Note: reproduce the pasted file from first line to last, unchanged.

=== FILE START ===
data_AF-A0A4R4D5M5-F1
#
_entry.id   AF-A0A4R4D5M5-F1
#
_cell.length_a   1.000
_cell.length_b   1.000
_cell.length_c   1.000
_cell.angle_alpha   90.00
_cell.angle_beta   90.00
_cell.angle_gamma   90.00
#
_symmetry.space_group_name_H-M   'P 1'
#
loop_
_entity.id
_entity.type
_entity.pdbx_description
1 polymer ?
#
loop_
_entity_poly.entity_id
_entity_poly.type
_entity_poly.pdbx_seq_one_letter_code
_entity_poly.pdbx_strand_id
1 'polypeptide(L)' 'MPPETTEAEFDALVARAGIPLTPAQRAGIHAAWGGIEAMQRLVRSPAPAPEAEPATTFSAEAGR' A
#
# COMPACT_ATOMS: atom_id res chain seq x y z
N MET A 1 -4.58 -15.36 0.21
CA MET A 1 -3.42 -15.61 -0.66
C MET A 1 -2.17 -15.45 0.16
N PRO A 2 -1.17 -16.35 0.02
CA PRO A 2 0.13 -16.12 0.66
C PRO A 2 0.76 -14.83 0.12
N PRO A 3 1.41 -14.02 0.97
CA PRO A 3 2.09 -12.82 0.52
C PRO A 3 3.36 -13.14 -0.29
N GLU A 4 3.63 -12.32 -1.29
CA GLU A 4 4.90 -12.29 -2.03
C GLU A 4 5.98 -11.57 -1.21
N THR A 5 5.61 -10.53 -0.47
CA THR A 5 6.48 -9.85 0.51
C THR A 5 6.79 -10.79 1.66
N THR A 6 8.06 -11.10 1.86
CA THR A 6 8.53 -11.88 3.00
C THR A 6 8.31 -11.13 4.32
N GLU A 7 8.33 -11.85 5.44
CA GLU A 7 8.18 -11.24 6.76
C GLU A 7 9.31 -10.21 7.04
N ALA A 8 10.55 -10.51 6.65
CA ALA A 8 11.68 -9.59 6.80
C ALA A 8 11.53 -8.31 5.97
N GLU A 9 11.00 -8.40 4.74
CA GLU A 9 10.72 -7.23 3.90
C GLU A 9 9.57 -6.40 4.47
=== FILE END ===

data_AF-A0A4R4D5M5-F1
#
_entry.id   AF-A0A4R4D5M5-F1
#
_cell.length_a   1.000
_cell.length_b   1.000
_cell.length_c   1.000
_cell.angle_alpha   90.00
_cell.angle_beta   90.00
_cell.angle_gamma   90.00
#
_symmetry.space_group_name_H-M   'P 1'
#
loop_
_entity.id
_entity.type
_entity.pdbx_description
1 polymer ?
#
loop_
_entity_poly.entity_id
_entity_poly.type
_entity_poly.pdbx_seq_one_letter_code
_entity_poly.pdbx_strand_id
1 'polypeptide(L)' 'MPPETTEAEFDALVARAGIPLTPAQRAGIHAAWGGIEAMQRLVRSPAPAPEAEPATTFSAEAGR' A
#
# COMPACT_ATOMS: atom_id res chain seq x y z
N MET A 1 -4.58 -15.36 0.21
CA MET A 1 -3.42 -15.61 -0.66
C MET A 1 -2.17 -15.45 0.16
N PRO A 2 -1.17 -16.35 0.02
CA PRO A 2 0.13 -16.12 0.66
C PRO A 2 0.76 -14.83 0.12
N PRO A 3 1.41 -14.02 0.97
CA PRO A 3 2.09 -12.82 0.52
C PRO A 3 3.36 -13.14 -0.29
N GLU A 4 3.63 -12.32 -1.29
CA GLU A 4 4.90 -12.29 -2.03
C GLU A 4 5.98 -11.57 -1.21
N THR A 5 5.61 -10.53 -0.47
CA THR A 5 6.48 -9.85 0.51
C THR A 5 6.79 -10.79 1.66
N THR A 6 8.06 -11.10 1.86
CA THR A 6 8.53 -11.88 3.00
C THR A 6 8.31 -11.13 4.32
N GLU A 7 8.33 -11.85 5.44
CA GLU A 7 8.18 -11.24 6.76
C GLU A 7 9.31 -10.21 7.04
N ALA A 8 10.55 -10.51 6.65
CA ALA A 8 11.68 -9.59 6.80
C ALA A 8 11.53 -8.31 5.97
N GLU A 9 11.00 -8.40 4.74
CA GLU A 9 10.72 -7.23 3.90
C GLU A 9 9.57 -6.40 4.47